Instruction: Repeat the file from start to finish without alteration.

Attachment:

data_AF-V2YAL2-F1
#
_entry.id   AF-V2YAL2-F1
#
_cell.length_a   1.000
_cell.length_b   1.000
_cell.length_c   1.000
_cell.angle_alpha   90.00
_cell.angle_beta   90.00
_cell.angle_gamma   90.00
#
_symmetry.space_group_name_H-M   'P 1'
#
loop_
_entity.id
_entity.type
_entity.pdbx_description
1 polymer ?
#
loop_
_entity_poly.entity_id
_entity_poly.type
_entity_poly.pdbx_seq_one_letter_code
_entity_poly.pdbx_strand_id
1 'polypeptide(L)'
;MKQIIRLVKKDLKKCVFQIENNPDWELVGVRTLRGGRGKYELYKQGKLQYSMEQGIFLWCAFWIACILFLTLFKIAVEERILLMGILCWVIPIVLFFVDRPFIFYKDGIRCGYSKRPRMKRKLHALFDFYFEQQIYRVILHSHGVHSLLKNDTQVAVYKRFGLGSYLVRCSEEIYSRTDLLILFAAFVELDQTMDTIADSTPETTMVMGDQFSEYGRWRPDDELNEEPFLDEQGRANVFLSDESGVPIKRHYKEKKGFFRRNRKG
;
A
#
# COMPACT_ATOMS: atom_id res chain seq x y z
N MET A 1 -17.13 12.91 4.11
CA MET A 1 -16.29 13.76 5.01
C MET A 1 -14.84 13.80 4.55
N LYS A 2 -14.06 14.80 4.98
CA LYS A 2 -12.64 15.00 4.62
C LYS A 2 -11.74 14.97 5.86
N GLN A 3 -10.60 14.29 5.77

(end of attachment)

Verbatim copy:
data_AF-V2YAL2-F1
#
_entry.id   AF-V2YAL2-F1
#
_cell.length_a   1.000
_cell.length_b   1.000
_cell.length_c   1.000
_cell.angle_alpha   90.00
_cell.angle_beta   90.00
_cell.angle_gamma   90.00
#
_symmetry.space_group_name_H-M   'P 1'
#
loop_
_entity.id
_entity.type
_entity.pdbx_description
1 polymer ?
#
loop_
_entity_poly.entity_id
_entity_poly.type
_entity_poly.pdbx_seq_one_letter_code
_entity_poly.pdbx_strand_id
1 'polypeptide(L)'
;MKQIIRLVKKDLKKCVFQIENNPDWELVGVRTLRGGRGKYELYKQGKLQYSMEQGIFLWCAFWIACILFLTLFKIAVEERILLMGILCWVIPIVLFFVDRPFIFYKDGIRCGYSKRPRMKRKLHALFDFYFEQQIYRVILHSHGVHSLLKNDTQVAVYKRFGLGSYLVRCSEEIYSRTDLLILFAAFVELDQTMDTIADSTPETTMVMGDQFSEYGRWRPDDELNEEPFLDEQGRANVFLSDESGVPIKRHYKEKKGFFRRNRKG
;
A
#
# COMPACT_ATOMS: atom_id res chain seq x y z
N MET A 1 -17.13 12.91 4.11
CA MET A 1 -16.29 13.76 5.01
C MET A 1 -14.84 13.80 4.55
N LYS A 2 -14.06 14.80 4.98
CA LYS A 2 -12.64 15.00 4.62
C LYS A 2 -11.74 14.97 5.86
N GLN A 3 -10.60 14.29 5.77